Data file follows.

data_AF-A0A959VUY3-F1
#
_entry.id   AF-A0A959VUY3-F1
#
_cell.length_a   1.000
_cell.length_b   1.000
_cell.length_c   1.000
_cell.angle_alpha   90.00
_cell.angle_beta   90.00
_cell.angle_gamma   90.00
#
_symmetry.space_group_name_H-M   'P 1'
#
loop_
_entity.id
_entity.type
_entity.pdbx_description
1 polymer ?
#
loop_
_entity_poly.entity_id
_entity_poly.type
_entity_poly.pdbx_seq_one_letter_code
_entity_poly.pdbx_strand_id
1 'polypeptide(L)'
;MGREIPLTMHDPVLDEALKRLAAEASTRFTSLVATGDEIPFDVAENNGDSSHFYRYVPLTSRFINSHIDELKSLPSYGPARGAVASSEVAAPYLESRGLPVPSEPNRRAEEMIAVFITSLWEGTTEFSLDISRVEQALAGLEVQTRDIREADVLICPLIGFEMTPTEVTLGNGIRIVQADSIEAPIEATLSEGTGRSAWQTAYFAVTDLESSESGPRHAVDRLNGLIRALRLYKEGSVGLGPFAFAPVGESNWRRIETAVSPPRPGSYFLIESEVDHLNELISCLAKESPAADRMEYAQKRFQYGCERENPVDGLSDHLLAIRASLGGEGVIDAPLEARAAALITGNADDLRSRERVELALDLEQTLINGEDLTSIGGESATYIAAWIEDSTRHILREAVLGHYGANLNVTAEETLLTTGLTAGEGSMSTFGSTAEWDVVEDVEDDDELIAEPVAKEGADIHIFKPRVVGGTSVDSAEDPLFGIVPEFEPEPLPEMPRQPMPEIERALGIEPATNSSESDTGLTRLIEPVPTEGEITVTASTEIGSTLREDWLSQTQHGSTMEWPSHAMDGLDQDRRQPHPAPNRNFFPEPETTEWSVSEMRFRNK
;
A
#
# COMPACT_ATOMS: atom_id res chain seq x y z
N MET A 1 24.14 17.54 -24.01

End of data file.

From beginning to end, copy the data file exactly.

data_AF-A0A959VUY3-F1
#
_entry.id   AF-A0A959VUY3-F1
#
_cell.length_a   1.000
_cell.length_b   1.000
_cell.length_c   1.000
_cell.angle_alpha   90.00
_cell.angle_beta   90.00
_cell.angle_gamma   90.00
#
_symmetry.space_group_name_H-M   'P 1'
#
loop_
_entity.id
_entity.type
_entity.pdbx_description
1 polymer ?
#
loop_
_entity_poly.entity_id
_entity_poly.type
_entity_poly.pdbx_seq_one_letter_code
_entity_poly.pdbx_strand_id
1 'polypeptide(L)'
;MGREIPLTMHDPVLDEALKRLAAEASTRFTSLVATGDEIPFDVAENNGDSSHFYRYVPLTSRFINSHIDELKSLPSYGPARGAVASSEVAAPYLESRGLPVPSEPNRRAEEMIAVFITSLWEGTTEFSLDISRVEQALAGLEVQTRDIREADVLICPLIGFEMTPTEVTLGNGIRIVQADSIEAPIEATLSEGTGRSAWQTAYFAVTDLESSESGPRHAVDRLNGLIRALRLYKEGSVGLGPFAFAPVGESNWRRIETAVSPPRPGSYFLIESEVDHLNELISCLAKESPAADRMEYAQKRFQYGCERENPVDGLSDHLLAIRASLGGEGVIDAPLEARAAALITGNADDLRSRERVELALDLEQTLINGEDLTSIGGESATYIAAWIEDSTRHILREAVLGHYGANLNVTAEETLLTTGLTAGEGSMSTFGSTAEWDVVEDVEDDDELIAEPVAKEGADIHIFKPRVVGGTSVDSAEDPLFGIVPEFEPEPLPEMPRQPMPEIERALGIEPATNSSESDTGLTRLIEPVPTEGEITVTASTEIGSTLREDWLSQTQHGSTMEWPSHAMDGLDQDRRQPHPAPNRNFFPEPETTEWSVSEMRFRNK
;
A
#
# COMPACT_ATOMS: atom_id res chain seq x y z
N MET A 1 24.14 17.54 -24.01